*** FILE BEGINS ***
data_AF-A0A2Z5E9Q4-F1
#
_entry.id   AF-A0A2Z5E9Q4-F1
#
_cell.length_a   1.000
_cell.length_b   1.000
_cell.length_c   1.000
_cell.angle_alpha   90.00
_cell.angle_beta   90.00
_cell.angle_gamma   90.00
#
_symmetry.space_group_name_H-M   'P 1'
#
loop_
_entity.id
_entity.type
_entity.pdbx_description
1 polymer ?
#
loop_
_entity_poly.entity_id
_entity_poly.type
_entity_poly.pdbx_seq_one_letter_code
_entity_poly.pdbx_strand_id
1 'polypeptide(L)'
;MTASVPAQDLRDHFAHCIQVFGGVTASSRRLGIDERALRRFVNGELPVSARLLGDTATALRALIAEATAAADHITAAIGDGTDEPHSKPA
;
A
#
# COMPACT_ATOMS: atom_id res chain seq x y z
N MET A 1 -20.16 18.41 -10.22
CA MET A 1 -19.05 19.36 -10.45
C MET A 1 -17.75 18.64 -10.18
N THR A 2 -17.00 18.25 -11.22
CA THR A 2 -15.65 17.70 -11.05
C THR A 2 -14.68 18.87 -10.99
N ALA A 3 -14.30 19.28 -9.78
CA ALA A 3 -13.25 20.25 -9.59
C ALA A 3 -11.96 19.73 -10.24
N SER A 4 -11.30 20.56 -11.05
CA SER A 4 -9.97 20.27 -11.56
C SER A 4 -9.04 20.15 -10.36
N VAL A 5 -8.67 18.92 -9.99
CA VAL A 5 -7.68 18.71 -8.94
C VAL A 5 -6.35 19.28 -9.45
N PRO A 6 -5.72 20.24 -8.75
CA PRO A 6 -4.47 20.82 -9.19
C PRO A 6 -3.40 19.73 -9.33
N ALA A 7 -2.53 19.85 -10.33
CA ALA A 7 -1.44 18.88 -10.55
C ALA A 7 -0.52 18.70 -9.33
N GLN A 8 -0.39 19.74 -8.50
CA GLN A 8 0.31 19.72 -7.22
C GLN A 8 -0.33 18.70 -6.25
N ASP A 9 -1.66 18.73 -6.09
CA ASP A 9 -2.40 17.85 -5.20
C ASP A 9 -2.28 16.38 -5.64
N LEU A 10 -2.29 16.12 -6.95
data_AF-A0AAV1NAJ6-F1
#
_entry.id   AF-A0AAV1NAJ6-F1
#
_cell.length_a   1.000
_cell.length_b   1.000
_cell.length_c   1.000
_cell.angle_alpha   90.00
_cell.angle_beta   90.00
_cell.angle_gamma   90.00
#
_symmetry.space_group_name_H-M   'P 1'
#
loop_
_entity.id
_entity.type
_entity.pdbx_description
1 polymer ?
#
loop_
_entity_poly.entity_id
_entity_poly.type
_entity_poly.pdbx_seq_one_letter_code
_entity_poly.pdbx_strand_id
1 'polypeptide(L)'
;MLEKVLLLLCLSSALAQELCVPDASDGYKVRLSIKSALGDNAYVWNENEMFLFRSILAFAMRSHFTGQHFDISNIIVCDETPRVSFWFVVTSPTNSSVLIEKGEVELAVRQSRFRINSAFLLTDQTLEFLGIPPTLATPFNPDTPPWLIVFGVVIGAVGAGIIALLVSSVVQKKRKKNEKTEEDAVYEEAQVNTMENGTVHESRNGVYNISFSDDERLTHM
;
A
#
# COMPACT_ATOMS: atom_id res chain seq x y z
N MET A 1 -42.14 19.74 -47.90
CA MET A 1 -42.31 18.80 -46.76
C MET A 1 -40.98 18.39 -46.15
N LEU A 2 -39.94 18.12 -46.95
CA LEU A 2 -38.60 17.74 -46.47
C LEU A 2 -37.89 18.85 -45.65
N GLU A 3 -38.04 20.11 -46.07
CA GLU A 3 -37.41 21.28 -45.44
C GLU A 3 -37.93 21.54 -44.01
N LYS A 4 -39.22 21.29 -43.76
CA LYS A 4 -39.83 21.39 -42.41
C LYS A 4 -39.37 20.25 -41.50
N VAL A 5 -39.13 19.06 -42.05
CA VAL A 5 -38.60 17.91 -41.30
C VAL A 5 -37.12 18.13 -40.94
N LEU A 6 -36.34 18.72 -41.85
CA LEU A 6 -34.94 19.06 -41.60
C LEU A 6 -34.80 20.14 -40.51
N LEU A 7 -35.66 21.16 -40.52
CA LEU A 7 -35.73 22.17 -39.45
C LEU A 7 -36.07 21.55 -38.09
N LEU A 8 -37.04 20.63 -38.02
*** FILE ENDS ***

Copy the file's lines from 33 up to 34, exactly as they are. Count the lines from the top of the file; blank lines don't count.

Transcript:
C MET A 1 -17.75 18.64 -10.18
N THR A 2 -17.00 18.25 -11.22